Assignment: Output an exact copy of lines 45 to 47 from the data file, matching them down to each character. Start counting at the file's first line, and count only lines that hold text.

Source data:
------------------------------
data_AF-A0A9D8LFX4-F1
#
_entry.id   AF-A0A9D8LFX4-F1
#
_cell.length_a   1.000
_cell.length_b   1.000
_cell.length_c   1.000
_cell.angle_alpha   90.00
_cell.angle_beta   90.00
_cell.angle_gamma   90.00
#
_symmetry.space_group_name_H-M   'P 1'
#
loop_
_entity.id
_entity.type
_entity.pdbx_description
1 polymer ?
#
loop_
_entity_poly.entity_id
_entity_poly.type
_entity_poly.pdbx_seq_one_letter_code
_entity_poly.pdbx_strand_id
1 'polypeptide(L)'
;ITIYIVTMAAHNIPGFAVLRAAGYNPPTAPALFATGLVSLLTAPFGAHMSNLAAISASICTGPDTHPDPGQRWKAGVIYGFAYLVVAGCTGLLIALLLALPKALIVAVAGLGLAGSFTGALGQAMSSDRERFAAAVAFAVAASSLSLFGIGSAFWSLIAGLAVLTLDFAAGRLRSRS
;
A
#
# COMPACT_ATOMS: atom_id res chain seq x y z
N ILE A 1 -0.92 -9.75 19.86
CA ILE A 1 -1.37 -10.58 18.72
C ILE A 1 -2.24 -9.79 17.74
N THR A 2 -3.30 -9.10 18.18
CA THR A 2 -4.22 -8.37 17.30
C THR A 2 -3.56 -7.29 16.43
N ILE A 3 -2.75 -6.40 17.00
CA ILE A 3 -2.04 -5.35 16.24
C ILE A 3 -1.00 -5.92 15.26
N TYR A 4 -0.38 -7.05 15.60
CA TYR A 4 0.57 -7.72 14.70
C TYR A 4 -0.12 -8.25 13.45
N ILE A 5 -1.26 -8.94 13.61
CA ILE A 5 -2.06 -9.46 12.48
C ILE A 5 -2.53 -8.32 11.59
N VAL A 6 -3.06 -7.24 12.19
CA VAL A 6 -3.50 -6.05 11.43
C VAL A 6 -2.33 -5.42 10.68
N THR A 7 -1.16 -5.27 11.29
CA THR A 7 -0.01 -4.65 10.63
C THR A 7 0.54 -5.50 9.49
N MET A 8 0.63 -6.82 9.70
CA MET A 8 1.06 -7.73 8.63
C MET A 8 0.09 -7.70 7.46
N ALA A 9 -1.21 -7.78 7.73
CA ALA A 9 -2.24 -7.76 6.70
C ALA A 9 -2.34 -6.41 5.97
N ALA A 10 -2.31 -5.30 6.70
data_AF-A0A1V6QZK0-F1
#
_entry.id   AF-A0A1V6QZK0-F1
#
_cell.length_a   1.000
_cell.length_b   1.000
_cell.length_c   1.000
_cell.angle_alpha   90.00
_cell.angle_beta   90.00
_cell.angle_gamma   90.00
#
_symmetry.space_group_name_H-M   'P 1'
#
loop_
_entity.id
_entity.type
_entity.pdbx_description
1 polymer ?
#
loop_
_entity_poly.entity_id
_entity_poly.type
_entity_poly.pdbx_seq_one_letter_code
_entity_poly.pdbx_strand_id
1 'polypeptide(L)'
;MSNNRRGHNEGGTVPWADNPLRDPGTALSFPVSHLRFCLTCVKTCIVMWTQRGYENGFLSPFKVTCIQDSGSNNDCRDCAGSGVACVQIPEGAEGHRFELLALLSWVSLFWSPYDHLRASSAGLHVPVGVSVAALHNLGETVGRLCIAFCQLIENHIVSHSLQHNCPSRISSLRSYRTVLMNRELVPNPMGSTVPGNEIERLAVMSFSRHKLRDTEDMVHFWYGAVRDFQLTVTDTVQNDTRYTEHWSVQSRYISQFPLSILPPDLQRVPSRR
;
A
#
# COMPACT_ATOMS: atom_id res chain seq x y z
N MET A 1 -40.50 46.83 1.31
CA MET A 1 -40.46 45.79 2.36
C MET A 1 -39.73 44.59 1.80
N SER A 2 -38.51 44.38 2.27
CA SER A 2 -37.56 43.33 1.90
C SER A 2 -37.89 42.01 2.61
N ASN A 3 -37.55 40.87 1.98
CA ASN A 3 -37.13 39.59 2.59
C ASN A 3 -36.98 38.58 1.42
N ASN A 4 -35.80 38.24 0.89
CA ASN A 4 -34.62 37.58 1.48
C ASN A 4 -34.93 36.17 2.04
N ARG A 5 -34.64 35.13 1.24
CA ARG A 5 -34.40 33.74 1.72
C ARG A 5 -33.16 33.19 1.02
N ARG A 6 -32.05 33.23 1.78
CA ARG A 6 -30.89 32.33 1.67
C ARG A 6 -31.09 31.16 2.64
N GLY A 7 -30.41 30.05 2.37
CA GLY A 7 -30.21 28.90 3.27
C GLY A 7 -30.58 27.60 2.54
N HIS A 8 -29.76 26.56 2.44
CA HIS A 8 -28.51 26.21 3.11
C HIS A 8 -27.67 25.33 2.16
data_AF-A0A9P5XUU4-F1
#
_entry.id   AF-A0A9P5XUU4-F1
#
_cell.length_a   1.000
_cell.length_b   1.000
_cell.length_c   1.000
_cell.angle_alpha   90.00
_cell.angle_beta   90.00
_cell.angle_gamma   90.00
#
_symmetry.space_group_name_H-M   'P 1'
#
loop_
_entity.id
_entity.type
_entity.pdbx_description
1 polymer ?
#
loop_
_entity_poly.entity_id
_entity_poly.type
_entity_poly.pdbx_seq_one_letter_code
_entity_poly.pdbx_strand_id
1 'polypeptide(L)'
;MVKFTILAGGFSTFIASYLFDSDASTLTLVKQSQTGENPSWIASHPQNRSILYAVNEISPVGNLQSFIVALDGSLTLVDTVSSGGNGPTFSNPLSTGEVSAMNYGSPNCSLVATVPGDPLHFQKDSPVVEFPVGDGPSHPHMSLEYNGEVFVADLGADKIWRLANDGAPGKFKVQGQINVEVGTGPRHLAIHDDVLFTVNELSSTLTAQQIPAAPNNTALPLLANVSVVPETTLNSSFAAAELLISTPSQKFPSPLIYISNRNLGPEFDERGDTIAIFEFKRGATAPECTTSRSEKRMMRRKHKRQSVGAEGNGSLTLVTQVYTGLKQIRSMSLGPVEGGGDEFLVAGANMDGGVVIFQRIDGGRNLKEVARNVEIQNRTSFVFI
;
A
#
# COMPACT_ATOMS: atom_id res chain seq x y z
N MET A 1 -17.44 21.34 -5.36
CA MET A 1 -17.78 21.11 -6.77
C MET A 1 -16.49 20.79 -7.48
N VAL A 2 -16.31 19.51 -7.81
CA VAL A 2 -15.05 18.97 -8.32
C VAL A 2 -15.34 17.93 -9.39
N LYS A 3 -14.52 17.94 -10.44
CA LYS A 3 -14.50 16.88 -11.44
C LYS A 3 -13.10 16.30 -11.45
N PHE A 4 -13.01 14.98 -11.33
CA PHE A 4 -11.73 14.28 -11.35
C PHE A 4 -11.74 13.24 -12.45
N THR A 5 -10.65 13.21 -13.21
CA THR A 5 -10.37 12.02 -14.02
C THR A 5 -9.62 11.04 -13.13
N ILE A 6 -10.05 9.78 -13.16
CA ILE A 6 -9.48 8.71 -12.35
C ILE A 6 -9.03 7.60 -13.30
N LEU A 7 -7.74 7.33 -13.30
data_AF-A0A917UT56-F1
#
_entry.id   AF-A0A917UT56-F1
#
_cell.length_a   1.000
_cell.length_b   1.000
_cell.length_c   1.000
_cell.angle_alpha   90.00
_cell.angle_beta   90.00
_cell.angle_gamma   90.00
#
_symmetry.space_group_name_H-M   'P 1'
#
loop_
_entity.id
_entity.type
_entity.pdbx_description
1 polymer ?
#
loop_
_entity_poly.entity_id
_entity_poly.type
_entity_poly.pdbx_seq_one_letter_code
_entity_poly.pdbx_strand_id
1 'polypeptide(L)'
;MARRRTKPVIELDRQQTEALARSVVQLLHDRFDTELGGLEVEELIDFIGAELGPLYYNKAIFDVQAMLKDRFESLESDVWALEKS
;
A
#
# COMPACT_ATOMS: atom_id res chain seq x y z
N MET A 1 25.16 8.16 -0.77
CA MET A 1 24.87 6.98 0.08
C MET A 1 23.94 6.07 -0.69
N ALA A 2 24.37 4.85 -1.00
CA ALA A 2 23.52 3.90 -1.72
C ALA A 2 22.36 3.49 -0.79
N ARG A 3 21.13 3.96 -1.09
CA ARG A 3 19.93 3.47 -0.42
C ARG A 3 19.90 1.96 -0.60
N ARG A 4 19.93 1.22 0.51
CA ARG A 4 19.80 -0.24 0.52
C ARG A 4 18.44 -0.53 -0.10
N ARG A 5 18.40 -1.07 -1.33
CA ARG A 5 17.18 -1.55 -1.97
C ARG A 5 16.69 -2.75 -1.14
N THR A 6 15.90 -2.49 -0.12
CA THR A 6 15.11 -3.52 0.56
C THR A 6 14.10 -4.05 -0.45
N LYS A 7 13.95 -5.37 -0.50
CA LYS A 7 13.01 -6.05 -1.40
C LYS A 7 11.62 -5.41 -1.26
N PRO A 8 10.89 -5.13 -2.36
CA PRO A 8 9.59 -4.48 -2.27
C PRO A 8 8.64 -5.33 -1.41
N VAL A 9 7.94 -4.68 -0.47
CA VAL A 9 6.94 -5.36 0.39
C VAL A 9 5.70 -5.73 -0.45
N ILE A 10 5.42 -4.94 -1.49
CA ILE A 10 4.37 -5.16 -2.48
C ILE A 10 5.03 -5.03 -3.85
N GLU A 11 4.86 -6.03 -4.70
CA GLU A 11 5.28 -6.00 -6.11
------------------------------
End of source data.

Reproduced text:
C ILE A 5 -2.53 -8.32 11.59
N VAL A 6 -3.06 -7.24 12.19
CA VAL A 6 -3.50 -6.05 11.43